1943 Thomas Watson, the CEO of IBM, announces that he thinks: "there is a world market for maybe 5 computers". It's hard to believe just how wrong he was!

1945 Grace Murray Hopper and her associates are hard at work on an early computer called Mark I when a moth causes the circuit to malfunction. Hopper (later made an admiral) refers to this as 'debugging' the circuit. She tapes the bug to her logbook. After this, computer malfunctions are referred to as 'bugs'. Her achievements didn't stop there: she develops the first compiler and one of the pioneering programming languages. More

1946 The Electronic Numerical Integrator and Computer is the world's first general purpose electronic computer. The main six programmers, all highly skilled mathematicians, were women. They were seen to be more capable programmers because it was considered too repetitive for men and as a result it was labelled 'sub-professional' work. Once more men realised that it was interesting and fun, programming was re- classed as 'professional', the salaries became higher, and men become dominant in the field.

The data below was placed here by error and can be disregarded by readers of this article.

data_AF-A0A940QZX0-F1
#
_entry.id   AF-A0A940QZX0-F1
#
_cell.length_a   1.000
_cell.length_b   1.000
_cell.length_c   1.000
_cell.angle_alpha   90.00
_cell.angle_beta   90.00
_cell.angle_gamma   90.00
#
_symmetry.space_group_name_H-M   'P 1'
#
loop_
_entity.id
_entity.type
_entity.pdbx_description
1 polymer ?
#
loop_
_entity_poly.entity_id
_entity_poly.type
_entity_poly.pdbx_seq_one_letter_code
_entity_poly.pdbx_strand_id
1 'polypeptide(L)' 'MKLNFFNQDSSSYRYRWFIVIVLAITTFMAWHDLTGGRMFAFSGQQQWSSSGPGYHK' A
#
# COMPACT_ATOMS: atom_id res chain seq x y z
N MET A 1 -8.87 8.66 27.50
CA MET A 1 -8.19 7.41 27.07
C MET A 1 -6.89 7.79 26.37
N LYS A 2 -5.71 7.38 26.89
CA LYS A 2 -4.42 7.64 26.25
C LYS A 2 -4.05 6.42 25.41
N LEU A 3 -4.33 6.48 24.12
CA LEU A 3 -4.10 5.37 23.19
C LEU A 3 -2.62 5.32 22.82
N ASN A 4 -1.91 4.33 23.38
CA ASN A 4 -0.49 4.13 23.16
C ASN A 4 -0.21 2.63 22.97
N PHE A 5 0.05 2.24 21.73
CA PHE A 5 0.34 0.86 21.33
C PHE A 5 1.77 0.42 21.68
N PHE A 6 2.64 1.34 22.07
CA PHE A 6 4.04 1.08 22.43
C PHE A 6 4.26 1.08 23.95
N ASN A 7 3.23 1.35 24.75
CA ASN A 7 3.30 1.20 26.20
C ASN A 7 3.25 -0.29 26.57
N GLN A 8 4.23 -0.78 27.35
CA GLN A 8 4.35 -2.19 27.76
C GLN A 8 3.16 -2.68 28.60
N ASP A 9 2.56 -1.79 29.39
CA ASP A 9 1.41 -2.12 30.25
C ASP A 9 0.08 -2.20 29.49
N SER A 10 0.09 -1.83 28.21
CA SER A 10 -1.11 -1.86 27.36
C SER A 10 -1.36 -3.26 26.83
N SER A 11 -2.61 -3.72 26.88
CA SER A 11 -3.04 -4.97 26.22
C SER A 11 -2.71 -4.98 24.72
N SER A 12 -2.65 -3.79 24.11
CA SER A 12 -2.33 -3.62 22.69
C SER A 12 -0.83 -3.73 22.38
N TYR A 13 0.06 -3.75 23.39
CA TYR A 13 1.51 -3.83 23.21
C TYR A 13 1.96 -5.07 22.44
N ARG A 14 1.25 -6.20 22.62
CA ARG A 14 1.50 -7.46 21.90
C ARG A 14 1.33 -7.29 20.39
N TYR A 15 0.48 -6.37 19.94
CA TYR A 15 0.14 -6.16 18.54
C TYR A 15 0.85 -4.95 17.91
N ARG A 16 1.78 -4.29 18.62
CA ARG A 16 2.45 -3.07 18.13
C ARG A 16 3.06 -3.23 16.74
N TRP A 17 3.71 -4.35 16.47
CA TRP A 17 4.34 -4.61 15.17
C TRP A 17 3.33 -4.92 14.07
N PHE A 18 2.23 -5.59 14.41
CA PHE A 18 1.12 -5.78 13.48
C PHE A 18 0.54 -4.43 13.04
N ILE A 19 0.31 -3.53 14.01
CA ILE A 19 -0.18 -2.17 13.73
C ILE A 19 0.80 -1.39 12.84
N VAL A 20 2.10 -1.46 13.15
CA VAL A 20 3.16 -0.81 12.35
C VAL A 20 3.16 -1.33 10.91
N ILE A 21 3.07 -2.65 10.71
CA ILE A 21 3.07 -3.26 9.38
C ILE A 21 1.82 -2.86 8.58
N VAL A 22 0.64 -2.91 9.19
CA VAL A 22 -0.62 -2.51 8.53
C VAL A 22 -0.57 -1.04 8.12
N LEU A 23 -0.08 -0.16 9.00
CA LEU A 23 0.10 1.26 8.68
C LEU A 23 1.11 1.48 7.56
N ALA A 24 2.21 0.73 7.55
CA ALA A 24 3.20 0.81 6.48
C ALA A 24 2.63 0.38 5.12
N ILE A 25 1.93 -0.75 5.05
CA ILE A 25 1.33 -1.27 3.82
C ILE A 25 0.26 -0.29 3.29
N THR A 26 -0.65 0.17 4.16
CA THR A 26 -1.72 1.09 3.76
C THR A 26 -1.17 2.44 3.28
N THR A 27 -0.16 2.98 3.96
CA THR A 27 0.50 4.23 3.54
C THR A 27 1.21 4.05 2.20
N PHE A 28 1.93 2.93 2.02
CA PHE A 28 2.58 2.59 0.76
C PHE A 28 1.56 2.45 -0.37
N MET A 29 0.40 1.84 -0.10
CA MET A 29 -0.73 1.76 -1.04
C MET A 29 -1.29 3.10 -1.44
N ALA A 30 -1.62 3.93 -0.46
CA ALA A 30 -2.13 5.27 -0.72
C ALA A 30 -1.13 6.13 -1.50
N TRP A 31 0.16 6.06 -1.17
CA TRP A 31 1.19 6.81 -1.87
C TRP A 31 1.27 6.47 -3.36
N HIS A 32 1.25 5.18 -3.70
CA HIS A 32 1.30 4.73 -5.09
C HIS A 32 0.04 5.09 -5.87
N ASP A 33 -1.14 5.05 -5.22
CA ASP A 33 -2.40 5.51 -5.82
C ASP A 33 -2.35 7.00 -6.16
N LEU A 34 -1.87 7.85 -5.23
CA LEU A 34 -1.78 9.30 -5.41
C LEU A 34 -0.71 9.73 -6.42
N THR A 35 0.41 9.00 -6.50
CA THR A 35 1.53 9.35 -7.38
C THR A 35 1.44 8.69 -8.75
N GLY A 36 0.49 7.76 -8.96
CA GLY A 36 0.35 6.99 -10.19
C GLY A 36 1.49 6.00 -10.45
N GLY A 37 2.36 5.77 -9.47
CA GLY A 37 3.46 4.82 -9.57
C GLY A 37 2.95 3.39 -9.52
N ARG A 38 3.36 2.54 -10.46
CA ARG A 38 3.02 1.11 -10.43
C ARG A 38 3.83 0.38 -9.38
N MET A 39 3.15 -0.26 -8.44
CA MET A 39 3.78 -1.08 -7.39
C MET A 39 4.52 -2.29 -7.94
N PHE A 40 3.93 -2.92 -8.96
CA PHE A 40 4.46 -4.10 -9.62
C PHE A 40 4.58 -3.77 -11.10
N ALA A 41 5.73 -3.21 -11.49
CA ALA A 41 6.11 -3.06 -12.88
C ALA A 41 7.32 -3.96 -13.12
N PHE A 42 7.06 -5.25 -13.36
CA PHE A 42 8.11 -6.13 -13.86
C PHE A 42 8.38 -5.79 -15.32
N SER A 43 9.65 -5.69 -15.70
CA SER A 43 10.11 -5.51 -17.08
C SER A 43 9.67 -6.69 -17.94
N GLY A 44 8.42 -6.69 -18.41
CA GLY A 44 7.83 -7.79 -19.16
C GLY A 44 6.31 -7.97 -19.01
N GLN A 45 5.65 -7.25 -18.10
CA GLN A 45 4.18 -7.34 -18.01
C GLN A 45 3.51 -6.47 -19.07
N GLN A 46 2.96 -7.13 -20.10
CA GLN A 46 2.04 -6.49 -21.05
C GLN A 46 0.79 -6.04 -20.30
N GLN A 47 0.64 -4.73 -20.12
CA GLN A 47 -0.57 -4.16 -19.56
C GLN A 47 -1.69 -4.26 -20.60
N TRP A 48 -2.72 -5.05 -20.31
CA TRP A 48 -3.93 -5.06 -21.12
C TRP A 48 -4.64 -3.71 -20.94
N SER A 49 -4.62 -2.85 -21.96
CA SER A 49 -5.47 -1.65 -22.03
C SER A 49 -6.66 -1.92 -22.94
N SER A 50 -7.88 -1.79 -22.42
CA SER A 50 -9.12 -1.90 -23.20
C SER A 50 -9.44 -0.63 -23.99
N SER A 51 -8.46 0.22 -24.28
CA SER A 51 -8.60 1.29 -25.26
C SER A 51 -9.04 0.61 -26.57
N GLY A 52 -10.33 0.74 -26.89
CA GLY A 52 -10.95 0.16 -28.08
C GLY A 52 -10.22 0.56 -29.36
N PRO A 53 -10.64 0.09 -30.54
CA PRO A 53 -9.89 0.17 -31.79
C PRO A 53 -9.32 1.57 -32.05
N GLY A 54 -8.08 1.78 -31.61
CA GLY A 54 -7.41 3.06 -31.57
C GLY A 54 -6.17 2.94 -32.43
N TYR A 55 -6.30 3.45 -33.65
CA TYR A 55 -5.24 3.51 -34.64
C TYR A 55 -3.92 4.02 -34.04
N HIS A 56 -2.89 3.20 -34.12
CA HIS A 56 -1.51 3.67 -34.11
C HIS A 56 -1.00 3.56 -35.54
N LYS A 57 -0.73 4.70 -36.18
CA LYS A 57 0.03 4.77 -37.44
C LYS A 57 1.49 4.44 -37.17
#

1949 A Popular Mechanics magazine article predicts that the computers of the future might weigh as little as 1.5 tonnes each. That's 11,023 iPods!

1967 The original series of TV show Star Trek includes an episode where mad ruler Harry Mudd runs a planet full of identical female androids who are 'fully functional' at physical pleasure to tend to his whims. But that's not the end of the pleasure bots in this timeline...

1972 Karen Sparck Jones publishes a paper describing a new way to pick out the most important documents when doing searches. Twenty years later, once the web is up and running, the idea comes of age. It's now used by most search engines to rank their results. More

1972 Ira Levin's book 'The Stepford Wives' is published. A group of suburban husbands kill their successful wives and create look- alike robots to serve as docile housewives. It's made into a film in 1975. Sounds like those men were feeling a bit threatened.

1979 The US Department of Defense introduces a new programming language called Ada after Ada Lovelace. More